Over the years, Owen’s story grew in breadth and depth. A town sprang up from my imagination and surrounded Myers Lake—first called White Raven, then Ravenwood, and eventually Ridgewood. Myers Lake became Alice Lake. The pretty girl became Vree Erikson. And Owen Burkhart became Kenny Douglas for a while, then Liam Burkhart, and then Lenny Stevens—same boy, different names. Those versions of Owen have him 15 years old and living on Myers Ridge when Vree and her family move into that haunted house and he comes to her aid. You can read a published version of that story idea, which features Lenny, still available to download free at Smashwords in a stand-alone book called Margga’s Curse.

A gem in that story is two strangers—boy and girl—bonding and working toward a common goal. When I was nine, this was easy for me to do. I saw a boy or girl around my age, I talked to them and made their acquaintance unless the other kid was super shy. But I don’t recall any 9-year-old being shy. That came later, especially at age 15 when hormones had kicked in and we knew without sitting through those tortuous Human Health classes that we had sexual organs for the sole purpose of reproducing our species. At 15, it wasn’t easy anymore for boys to make the acquaintance of the new girl next door. And I know it wasn’t easy for girls to be comfortable around boys, either. Every day, we fought the Call of the Wild to talk to each other. Honesty went out the window and we pretended nothing was amiss.

I wrote earlier this month that I have grown weary of writing about teens. A more accurate statement would have been, “I have grown weary of publishers wanting me to give my teen characters positive sexual relationships.”

I know today’s teenagers live differently than when I was a teen. Even their parents lived differently. I was 18 when Judy Blume’s controversial young adult book Forever was published. The main character, Katherine, has a positive sexual relationship described in detail. Since then, sexual descriptions in YA books is relatively commonplace these days. And some books focus squarely on sex as a theme.

But I don’t want sex to promote the sales of my books. And it shouldn’t be used to sell anything else, either.

When I write a story, I may touch on that teenage angst and awkwardness that I mentioned earlier, but I’m not going to have scenes with my characters copulating. And that includes my adult characters.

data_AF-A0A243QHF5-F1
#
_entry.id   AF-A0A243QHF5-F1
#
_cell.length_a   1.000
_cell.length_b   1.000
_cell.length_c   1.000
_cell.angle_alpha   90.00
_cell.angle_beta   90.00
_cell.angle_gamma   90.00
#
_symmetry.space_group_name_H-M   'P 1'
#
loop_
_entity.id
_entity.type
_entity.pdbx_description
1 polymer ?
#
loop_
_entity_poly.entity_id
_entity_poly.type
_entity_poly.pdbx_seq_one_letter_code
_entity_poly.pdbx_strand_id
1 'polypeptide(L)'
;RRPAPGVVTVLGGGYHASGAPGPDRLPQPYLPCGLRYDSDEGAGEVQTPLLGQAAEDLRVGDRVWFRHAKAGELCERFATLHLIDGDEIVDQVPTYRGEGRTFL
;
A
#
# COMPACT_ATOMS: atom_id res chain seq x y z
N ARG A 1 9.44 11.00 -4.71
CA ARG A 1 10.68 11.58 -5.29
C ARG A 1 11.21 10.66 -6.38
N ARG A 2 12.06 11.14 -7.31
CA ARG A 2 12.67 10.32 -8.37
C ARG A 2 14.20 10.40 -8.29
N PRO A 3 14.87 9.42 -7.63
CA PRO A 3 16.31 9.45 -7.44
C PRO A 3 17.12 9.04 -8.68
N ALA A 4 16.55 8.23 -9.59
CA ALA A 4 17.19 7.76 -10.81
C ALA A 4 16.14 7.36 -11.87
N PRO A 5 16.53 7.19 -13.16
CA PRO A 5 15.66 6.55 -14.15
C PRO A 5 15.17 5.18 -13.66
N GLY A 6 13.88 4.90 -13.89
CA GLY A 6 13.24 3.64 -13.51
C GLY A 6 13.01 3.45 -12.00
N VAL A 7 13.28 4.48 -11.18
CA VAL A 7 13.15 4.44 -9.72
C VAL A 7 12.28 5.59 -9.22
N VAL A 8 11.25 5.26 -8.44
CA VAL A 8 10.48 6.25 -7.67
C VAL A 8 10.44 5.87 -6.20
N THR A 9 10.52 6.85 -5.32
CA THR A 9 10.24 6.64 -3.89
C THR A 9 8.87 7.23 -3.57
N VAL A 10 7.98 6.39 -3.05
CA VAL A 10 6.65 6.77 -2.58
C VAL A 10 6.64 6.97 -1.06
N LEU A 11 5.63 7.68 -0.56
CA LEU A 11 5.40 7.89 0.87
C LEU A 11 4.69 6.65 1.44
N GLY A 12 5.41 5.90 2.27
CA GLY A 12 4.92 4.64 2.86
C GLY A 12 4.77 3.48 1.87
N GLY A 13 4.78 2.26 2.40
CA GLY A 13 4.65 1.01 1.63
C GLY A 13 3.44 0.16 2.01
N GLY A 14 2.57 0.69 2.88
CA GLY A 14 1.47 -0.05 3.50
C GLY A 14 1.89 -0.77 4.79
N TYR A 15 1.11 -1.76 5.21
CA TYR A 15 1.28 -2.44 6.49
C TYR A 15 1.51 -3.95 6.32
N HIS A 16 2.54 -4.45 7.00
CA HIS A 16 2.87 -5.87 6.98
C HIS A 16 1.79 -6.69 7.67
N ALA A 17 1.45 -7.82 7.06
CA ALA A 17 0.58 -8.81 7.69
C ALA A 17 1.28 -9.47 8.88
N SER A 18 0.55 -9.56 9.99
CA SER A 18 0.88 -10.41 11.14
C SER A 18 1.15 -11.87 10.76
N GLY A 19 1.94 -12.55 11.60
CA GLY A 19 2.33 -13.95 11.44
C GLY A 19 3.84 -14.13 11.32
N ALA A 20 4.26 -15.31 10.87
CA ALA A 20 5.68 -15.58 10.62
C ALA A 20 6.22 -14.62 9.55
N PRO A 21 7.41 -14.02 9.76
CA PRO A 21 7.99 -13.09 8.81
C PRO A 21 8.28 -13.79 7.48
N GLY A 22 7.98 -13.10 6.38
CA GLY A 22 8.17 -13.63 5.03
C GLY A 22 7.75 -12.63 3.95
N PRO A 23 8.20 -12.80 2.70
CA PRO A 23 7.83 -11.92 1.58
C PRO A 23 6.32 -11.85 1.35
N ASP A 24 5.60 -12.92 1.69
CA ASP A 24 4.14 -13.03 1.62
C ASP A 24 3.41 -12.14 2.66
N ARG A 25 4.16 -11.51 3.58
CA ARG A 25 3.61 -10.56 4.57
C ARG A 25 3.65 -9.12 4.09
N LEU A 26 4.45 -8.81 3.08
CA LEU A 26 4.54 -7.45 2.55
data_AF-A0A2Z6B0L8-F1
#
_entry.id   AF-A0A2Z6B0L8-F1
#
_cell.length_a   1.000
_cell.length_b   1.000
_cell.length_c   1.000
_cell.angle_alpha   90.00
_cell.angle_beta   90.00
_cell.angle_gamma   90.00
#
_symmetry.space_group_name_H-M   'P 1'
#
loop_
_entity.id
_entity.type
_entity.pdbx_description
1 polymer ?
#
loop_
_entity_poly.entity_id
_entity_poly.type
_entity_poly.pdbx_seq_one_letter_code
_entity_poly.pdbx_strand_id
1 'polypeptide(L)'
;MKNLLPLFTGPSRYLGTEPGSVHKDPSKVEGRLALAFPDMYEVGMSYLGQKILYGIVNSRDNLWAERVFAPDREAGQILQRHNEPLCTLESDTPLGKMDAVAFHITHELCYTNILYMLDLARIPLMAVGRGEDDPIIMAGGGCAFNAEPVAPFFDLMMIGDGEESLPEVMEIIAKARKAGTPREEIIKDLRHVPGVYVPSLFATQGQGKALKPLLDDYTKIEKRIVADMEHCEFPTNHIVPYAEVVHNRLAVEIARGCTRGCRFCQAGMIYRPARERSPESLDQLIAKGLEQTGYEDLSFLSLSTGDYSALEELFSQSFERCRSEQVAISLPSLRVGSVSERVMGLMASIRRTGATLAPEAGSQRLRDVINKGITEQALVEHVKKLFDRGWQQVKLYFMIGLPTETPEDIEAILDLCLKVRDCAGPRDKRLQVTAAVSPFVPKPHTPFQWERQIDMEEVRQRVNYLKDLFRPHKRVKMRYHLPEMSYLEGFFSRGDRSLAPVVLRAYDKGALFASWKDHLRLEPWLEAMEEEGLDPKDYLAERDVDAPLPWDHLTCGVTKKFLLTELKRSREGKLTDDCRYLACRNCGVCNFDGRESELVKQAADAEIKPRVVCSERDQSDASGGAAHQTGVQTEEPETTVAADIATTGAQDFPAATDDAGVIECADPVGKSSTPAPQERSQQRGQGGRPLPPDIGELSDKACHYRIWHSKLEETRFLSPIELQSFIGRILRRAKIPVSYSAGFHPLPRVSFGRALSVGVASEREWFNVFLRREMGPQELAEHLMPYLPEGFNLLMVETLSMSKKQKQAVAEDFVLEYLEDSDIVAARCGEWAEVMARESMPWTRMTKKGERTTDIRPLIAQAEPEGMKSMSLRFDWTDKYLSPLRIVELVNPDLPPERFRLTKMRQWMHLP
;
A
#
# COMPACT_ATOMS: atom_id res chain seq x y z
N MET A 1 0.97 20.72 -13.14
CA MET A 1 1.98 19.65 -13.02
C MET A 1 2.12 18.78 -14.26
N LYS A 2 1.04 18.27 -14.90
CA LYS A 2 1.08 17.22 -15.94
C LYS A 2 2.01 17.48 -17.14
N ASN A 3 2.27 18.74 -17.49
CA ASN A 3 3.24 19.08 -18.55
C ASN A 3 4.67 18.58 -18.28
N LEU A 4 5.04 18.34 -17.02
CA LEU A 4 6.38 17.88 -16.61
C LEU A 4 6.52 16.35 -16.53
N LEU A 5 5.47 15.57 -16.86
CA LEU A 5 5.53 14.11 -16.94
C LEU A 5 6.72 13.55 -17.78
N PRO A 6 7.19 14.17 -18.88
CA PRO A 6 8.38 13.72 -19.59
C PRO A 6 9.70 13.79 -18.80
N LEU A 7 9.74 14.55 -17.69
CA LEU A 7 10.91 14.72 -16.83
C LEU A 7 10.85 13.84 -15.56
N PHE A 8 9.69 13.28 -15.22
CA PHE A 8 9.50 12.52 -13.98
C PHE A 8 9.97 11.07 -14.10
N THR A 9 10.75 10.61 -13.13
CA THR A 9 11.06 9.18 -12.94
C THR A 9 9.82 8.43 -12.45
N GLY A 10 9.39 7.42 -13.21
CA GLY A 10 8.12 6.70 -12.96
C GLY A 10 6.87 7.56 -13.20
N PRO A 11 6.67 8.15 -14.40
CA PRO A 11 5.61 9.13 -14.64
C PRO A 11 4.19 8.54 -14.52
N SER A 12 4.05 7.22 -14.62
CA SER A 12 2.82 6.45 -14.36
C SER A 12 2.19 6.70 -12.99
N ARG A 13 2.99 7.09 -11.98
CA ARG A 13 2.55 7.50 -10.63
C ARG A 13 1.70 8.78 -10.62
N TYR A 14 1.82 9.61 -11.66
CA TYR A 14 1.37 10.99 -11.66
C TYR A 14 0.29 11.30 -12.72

The gems of my stories are how well people get along and work together for a common goal. For Owen and Vree (and Kenny, Liam, and Lenny) when they are 9, 15, or any age, that common goal is having each other’s back through the thick and thin of it.

And if they have sex, let it happen offstage.

My Lead Character Needs a Career

Long ago, I typecasted Vree as a main character-of-interest with an INFP personality. For the most part, INFPs are highly curious, inquisitive, innovative, highly creative, and people who enjoy doing things by themselves … ALONE. Vree has always been an excellent artist, but one who enjoys working in solitude. It’s difficult to craft action stories around a person who would rather be alone making art than being center stage, resolving a central story problem. It’s like trying to pound a large square peg through a small round hole. The writer must spend extra time whittling the character down until she is cooperative, supportive, and flexible with people trying to help her, while being passionate and energetic enough to put her own personal stamp on her work. Sometimes, finding the passion and drive in an INFP character who would rather be somewhere else, doing something else, alone, is maddening.

But I digress. Vree needs a career appropriate to her personality.

In past stories, I experimented with making her a minister. This idea came from the book, Do What You Are (third edition, 2001), by Paul D. Tieger and Barbara Barron-Tieger. The book was—and still is—a useful reference for creating character personalities based on the 16 types (discussed in my last post), and to give my characters jobs. For the INFP, Do What You Are lists careers in Arts, Education, Counseling, Religion, Health Care, Organizational Development, and Technology.

From Arts, I chose Artist, Writer: poet/novelist/journalist, Editor, Architect, and Musician as possible careers for Vree. After all, can’t she have more than one career?

From Education, Counseling, and Health Care, College Professor of humanities/art, High School Counselor/Nurse, and Librarian interested me.

I passed over Technology and Organizational Development because I could never see Vree satisfied working in a business field. However, websites such as indeed.com and truity.com claim that INFPs’ sensitivity to the emotions of others and their supportive nature makes them valuable team members with people that have similar passions of discussing complex topics, being creative, and use big-picture thinking.

Still, I can’t see Vree working 9 to 5 in a diverse and technology focused high-stress business, dealing with sales, customers, and meetings. She would lose her mind.

She needs lots of quiet time, which is why I made her a minister—an ideal job for an INFP character because it allows her to be on her own when her church is not in session. In 2006, I co-authored and published a short story based on this idea at my old blog. I changed Vree’s name in the story, which I always did when I published stories about Vree when she wasn’t a teenager—I was never committed to write about a grownup Vree until now. As a bonus, I have attached that story at the end of this post.